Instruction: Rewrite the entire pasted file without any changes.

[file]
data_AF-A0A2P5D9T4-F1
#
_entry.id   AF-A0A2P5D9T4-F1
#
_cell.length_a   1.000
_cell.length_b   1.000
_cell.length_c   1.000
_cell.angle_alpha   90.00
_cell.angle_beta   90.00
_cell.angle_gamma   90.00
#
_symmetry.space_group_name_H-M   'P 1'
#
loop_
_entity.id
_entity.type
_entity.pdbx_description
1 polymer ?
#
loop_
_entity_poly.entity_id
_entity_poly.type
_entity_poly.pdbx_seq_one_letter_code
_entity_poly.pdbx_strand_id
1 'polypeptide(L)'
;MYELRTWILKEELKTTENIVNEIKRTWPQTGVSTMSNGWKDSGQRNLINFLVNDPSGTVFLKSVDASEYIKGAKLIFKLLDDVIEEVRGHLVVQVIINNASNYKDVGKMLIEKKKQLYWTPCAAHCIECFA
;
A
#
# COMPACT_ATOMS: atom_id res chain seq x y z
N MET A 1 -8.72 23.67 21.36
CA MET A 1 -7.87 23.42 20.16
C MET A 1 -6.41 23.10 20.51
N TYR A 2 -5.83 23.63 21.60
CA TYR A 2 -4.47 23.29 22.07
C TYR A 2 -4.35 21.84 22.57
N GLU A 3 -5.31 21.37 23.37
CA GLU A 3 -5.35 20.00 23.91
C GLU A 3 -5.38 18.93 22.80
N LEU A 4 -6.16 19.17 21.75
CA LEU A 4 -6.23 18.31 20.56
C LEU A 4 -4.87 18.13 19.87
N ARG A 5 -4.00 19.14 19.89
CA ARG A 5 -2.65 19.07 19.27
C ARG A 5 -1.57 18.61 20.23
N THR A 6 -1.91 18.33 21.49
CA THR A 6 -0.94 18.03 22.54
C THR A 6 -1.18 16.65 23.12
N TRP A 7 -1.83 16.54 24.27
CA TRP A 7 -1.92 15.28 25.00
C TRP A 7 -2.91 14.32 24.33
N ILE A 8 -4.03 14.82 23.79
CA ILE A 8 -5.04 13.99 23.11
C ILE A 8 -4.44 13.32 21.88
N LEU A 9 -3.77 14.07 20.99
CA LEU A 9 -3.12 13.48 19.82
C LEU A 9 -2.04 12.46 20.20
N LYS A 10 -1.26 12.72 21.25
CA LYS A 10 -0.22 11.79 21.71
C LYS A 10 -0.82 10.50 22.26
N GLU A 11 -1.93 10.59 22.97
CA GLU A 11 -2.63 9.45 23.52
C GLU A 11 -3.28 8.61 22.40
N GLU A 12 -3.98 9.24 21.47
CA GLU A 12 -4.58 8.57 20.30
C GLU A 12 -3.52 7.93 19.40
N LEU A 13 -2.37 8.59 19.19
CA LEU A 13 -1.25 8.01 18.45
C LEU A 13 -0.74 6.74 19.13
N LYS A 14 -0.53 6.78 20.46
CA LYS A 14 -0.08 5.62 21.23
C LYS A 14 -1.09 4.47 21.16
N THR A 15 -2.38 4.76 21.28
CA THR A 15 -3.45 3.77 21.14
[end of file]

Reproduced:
data_AF-A0A2P5D9T4-F1
#
_entry.id   AF-A0A2P5D9T4-F1
#
_cell.length_a   1.000
_cell.length_b   1.000
_cell.length_c   1.000
_cell.angle_alpha   90.00
_cell.angle_beta   90.00
_cell.angle_gamma   90.00
#
_symmetry.space_group_name_H-M   'P 1'
#
loop_
_entity.id
_entity.type
_entity.pdbx_description
1 polymer ?
#
loop_
_entity_poly.entity_id
_entity_poly.type
_entity_poly.pdbx_seq_one_letter_code
_entity_poly.pdbx_strand_id
1 'polypeptide(L)'
;MYELRTWILKEELKTTENIVNEIKRTWPQTGVSTMSNGWKDSGQRNLINFLVNDPSGTVFLKSVDASEYIKGAKLIFKLLDDVIEEVRGHLVVQVIINNASNYKDVGKMLIEKKKQLYWTPCAAHCIECFA
;
A
#
# COMPACT_ATOMS: atom_id res chain seq x y z
N MET A 1 -8.72 23.67 21.36
CA MET A 1 -7.87 23.42 20.16
C MET A 1 -6.41 23.10 20.51
N TYR A 2 -5.83 23.63 21.60
CA TYR A 2 -4.47 23.29 22.07
C TYR A 2 -4.35 21.84 22.57
N GLU A 3 -5.31 21.37 23.37
CA GLU A 3 -5.35 20.00 23.91
C GLU A 3 -5.38 18.93 22.80
N LEU A 4 -6.16 19.17 21.75
CA LEU A 4 -6.23 18.31 20.56
C LEU A 4 -4.87 18.13 19.87
N ARG A 5 -4.00 19.14 19.89
CA ARG A 5 -2.65 19.07 19.27
C ARG A 5 -1.57 18.61 20.23
N THR A 6 -1.91 18.33 21.49
CA THR A 6 -0.94 18.03 22.54
C THR A 6 -1.18 16.65 23.12
N TRP A 7 -1.83 16.54 24.27
CA TRP A 7 -1.92 15.28 25.00
C TRP A 7 -2.91 14.32 24.33
N ILE A 8 -4.03 14.82 23.79
CA ILE A 8 -5.04 13.99 23.11
C ILE A 8 -4.44 13.32 21.88
N LEU A 9 -3.77 14.07 20.99
CA LEU A 9 -3.12 13.48 19.82
C LEU A 9 -2.04 12.46 20.20
N LYS A 10 -1.26 12.72 21.25
CA LYS A 10 -0.22 11.79 21.71
C LYS A 10 -0.82 10.50 22.26
N GLU A 11 -1.93 10.59 22.97
CA GLU A 11 -2.63 9.45 23.52
C GLU A 11 -3.28 8.61 22.40
N GLU A 12 -3.98 9.24 21.47
CA GLU A 12 -4.58 8.57 20.30
C GLU A 12 -3.52 7.93 19.40
N LEU A 13 -2.37 8.59 19.19
CA LEU A 13 -1.25 8.01 18.45
C LEU A 13 -0.74 6.74 19.13
N LYS A 14 -0.53 6.78 20.46
CA LYS A 14 -0.08 5.62 21.23
C LYS A 14 -1.09 4.47 21.16
N THR A 15 -2.38 4.76 21.28
CA THR A 15 -3.45 3.77 21.14